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High stakes

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The provincial government’s decision to tweak its exemption of some Class 1 and 2 truck drivers from new licensing requirements is a positive signal for families of the Humboldt Broncos players who died in the terrible crash between the team bus and a poorly trained semi truck driver in April 2018.

It is impossible to forget the shock and horror of that crash. The immense and unimaginable tragedy still weighs heavily on many of us, including members of government, who acknowledged this week that the potential for another tragedy to occur makes their plan worth a sober second look.

The issue in question is new rules for Class 1 and 2 truck drivers, which were prompted by the Broncos crash. In March 2019, the former NDP government brought in Mandatory Entry-Level Training (MELT), which requires 113 hours of training for Class 1 (tractor trailer) licences and 50 hours of training for Class 2 (bus) licences.

MELT has been adopted in the United States, and come Feb. 7, truck and bus drivers will need to have MELT certification in order to cross the border. Similar training requirements exist in several other provinces, including Ontario, Saskatchewan and Manitoba.

MELT is a necessary step in making our roads safer. However, the idea of exempting some drivers from the program came about because of ballooning wait times for driver testing. Changes made to Alberta’s driver training industry led to an exodus of trainers, and Alberta Transportation Minister Ric McIver says that exodus has led to road test delays of up to 12 weeks. It is understandable why that is a concern for an agricultural province where farmers have just wrapped up their annual harvest. That was partly why the government decided to extend the deadline for drivers to get trained (which had already been extended by the previous government). The government also looked at grandfathering in 6,800 newly trained drivers under previous licensing rules.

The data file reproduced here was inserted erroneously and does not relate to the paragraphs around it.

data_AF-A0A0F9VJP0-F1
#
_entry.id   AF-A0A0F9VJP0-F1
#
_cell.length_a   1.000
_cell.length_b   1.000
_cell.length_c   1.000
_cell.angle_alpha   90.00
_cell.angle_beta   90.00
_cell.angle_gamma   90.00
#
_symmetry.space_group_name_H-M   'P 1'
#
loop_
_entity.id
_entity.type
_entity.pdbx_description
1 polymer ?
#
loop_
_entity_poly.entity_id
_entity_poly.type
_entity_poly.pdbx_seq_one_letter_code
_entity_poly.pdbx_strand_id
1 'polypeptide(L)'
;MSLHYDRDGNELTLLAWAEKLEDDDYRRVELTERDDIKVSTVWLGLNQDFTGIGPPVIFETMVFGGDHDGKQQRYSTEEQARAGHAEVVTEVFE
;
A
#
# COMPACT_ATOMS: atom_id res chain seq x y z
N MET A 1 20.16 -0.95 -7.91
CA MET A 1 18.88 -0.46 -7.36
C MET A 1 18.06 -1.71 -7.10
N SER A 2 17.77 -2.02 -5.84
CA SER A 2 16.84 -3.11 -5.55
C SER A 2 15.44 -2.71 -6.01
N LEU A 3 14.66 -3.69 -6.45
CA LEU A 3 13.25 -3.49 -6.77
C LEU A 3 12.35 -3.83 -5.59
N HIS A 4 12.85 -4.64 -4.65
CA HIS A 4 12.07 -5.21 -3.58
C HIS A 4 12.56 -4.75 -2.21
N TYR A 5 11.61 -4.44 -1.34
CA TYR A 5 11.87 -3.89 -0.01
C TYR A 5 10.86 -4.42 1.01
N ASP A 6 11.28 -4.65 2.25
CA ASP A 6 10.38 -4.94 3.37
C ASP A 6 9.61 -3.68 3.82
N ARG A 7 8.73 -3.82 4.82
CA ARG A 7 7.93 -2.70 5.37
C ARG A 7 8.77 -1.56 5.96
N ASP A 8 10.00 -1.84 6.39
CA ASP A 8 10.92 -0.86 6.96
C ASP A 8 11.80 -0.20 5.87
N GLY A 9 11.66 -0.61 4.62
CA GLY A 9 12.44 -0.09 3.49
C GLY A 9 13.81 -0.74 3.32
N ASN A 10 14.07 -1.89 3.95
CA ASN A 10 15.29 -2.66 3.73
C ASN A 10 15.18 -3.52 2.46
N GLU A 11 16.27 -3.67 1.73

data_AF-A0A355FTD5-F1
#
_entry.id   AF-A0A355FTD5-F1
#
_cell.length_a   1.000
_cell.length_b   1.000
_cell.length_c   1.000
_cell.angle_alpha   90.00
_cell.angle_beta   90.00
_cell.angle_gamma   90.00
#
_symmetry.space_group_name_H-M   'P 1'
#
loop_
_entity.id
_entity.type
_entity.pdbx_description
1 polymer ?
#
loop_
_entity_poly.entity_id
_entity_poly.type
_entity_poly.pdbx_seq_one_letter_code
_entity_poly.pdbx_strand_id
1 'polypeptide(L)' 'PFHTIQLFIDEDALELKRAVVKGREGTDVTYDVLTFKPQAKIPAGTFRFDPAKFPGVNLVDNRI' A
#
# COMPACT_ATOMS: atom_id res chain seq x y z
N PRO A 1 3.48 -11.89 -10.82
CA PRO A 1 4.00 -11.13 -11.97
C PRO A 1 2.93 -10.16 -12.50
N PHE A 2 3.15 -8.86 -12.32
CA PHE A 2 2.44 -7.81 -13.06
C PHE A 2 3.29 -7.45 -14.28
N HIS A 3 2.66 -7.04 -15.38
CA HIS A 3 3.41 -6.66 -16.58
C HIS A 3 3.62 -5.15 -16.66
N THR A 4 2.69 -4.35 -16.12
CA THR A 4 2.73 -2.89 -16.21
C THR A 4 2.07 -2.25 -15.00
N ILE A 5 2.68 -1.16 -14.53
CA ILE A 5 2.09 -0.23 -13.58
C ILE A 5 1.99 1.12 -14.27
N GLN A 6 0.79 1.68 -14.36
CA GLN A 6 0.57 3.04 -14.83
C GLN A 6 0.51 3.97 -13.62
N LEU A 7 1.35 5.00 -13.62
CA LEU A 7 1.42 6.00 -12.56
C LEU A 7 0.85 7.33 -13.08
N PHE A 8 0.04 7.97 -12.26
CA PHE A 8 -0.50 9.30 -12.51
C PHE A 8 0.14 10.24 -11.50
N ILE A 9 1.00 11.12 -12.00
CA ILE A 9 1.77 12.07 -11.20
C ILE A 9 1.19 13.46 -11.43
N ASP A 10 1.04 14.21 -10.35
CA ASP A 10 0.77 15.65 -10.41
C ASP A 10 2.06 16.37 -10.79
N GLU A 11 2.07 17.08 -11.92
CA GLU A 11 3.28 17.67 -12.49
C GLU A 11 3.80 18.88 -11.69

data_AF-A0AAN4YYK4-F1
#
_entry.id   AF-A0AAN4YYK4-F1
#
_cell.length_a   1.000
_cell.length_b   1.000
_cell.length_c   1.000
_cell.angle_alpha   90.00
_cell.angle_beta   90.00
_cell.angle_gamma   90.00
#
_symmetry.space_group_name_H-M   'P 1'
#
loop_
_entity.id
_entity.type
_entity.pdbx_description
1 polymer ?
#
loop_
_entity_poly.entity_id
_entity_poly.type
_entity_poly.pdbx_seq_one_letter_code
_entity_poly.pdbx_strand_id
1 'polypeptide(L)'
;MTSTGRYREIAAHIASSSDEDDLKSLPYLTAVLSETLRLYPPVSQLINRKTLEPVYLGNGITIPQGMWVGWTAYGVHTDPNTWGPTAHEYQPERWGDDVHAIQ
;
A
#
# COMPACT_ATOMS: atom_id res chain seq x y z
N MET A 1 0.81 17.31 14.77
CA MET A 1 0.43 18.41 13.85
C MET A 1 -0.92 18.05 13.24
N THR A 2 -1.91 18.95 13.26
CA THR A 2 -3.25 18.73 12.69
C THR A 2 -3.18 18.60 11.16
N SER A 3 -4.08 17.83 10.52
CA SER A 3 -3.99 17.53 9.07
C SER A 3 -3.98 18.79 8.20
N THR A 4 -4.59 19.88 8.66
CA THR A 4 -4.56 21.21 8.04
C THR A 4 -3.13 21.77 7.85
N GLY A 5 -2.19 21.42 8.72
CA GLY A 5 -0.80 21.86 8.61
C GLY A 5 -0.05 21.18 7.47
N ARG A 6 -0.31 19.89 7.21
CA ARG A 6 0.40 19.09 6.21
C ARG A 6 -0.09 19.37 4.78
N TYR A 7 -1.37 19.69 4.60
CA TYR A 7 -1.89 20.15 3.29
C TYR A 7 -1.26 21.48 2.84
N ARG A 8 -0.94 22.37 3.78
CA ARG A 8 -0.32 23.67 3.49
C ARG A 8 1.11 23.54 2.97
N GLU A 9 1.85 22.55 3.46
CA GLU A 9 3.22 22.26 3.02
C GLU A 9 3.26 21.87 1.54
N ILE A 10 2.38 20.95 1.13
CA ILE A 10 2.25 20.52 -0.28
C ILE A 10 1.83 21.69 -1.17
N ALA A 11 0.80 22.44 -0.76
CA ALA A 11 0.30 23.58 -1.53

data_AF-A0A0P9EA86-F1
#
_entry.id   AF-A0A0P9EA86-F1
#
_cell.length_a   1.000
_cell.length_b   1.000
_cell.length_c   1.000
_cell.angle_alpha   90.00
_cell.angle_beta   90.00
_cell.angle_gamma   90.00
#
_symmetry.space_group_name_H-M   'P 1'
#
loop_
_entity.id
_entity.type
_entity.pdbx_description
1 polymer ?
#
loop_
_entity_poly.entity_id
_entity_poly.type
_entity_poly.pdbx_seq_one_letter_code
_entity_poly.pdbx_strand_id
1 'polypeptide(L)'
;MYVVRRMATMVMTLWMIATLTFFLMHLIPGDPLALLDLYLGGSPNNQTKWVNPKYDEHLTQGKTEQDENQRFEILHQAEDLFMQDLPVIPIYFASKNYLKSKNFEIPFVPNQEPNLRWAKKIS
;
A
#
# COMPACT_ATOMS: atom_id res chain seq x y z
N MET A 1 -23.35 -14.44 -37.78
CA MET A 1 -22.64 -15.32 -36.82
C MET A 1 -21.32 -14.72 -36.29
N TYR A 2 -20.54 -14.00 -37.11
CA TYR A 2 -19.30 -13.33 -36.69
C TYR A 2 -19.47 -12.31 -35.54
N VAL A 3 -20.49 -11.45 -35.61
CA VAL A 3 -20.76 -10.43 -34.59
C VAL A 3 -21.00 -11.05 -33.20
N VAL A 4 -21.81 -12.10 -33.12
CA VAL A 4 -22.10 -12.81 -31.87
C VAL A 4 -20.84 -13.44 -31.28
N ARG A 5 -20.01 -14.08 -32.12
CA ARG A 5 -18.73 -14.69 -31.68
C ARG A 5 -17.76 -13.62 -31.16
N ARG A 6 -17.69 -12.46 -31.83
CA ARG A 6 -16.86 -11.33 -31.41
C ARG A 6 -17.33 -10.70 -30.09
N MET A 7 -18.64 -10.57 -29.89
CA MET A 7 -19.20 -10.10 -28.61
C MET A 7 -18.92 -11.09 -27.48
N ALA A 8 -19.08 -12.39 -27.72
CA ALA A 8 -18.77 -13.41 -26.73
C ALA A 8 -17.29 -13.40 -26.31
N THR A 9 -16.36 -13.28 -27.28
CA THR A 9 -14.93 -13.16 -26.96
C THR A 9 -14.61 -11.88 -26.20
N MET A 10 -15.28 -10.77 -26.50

The optics are bad for delayed testing and worse if exemptions occur, but the provincial government no doubt feels a responsibility to its farm workers whose livelihood depends on truck drivers to transport their products. Thus, the UCP has found itself caught between the proverbial rock and hard place.

On the other side of the coin, family members of the 16 people killed in the Broncos bus crash know firsthand the cost of inadequate training for truck drivers. Shauna Nordstrom, who lost her son Logan Hunter in the Broncos crash, and Chris and Andrea Joseph, who lost their son Jaxon Joseph, have been crusading for safer roads and met with McIver this past week.

Following that meeting, McIver said he would implement a two-year probationary period for newly licenced drivers, who also need to have clean driving records. Drivers who receive any infraction during their probation will be required to retest under MELT.

It's a step forward for the Broncos families, although probably not as strong a solution as they would like.

Road safety concerns everyone, and it’s a grim thing to have to weigh potential lives against the cost of backlogs to the farming industry. It's clear something needs to be done, but it's hard to know what the right answer is in this situation. Is a win-win even possible? We don't envy any of the parties involved in these decisions.




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